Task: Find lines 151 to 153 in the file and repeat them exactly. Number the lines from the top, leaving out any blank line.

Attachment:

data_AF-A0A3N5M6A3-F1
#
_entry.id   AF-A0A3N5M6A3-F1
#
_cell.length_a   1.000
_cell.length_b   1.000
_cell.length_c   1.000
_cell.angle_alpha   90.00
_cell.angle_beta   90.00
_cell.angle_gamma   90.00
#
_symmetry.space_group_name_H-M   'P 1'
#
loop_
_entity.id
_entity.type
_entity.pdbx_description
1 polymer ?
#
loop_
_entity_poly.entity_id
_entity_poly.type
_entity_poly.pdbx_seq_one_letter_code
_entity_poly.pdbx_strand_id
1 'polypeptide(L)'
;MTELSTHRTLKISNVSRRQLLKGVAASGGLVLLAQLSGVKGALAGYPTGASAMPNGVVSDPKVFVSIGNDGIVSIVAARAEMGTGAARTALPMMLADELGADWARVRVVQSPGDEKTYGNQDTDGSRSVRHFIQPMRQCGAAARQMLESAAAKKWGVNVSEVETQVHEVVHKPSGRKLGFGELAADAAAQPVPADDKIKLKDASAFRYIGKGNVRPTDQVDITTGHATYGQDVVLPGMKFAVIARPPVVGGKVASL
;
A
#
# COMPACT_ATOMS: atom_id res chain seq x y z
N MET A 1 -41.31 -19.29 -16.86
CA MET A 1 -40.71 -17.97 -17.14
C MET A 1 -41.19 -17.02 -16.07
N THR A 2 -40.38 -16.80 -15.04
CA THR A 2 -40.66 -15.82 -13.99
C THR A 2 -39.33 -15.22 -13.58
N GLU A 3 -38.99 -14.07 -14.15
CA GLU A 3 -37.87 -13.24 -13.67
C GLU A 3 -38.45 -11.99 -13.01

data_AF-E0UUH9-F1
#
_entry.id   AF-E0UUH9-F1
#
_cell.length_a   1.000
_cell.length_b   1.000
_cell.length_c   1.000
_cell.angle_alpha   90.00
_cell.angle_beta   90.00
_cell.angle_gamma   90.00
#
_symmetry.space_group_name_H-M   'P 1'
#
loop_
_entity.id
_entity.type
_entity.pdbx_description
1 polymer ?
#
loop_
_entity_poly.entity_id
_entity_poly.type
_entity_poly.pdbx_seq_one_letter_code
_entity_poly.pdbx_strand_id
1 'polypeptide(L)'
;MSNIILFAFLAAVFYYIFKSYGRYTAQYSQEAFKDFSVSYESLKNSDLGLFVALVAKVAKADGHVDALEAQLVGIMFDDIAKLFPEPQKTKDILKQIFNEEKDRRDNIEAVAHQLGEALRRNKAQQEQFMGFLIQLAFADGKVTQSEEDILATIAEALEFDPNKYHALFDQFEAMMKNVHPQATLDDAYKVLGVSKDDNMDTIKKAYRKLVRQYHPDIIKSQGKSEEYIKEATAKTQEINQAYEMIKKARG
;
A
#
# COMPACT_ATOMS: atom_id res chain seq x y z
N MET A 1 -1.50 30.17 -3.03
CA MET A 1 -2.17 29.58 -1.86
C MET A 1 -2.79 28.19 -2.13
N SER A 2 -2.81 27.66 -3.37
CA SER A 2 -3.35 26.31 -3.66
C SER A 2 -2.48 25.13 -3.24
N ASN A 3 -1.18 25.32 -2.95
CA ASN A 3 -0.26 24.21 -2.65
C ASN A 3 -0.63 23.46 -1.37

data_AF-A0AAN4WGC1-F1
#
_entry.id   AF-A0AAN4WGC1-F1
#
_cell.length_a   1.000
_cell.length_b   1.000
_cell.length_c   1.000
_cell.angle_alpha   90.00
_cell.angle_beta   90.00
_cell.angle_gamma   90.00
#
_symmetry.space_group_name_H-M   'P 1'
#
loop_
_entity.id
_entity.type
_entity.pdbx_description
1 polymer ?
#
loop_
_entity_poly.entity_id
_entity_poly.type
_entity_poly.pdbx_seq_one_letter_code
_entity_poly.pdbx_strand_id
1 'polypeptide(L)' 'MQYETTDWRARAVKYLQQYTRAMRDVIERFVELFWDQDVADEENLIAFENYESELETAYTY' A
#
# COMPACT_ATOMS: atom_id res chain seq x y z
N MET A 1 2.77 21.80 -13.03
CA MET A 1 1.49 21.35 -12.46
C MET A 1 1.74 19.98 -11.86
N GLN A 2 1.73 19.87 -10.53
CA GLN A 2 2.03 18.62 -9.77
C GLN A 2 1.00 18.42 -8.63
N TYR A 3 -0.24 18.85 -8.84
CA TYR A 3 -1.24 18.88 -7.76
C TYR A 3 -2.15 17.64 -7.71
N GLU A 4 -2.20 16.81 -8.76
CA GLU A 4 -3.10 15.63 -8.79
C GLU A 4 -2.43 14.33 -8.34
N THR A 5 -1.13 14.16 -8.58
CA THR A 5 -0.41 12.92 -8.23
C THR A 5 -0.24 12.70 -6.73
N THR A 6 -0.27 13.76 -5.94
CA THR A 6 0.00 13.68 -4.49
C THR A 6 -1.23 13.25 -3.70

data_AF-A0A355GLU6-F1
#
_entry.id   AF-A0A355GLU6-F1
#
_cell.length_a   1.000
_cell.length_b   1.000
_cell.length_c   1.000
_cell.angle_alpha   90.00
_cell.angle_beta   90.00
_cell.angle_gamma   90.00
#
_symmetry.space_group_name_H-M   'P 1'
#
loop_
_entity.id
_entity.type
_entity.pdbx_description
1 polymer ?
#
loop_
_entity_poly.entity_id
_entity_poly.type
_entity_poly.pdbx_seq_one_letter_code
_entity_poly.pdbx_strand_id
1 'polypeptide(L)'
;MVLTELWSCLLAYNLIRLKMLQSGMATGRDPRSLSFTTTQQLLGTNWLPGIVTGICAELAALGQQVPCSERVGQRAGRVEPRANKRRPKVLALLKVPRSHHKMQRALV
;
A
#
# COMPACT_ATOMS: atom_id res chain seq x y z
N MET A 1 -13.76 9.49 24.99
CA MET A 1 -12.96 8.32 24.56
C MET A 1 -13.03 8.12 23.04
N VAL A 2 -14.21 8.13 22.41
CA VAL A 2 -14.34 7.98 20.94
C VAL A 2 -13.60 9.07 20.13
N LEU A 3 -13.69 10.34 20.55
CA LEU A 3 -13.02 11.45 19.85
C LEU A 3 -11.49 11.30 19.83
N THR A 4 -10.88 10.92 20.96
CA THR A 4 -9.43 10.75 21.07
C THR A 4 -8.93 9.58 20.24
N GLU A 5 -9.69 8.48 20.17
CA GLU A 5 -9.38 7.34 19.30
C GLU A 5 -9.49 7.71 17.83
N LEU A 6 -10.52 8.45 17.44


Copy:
A
#
# COMPACT_ATOMS: atom_id res chain seq x y z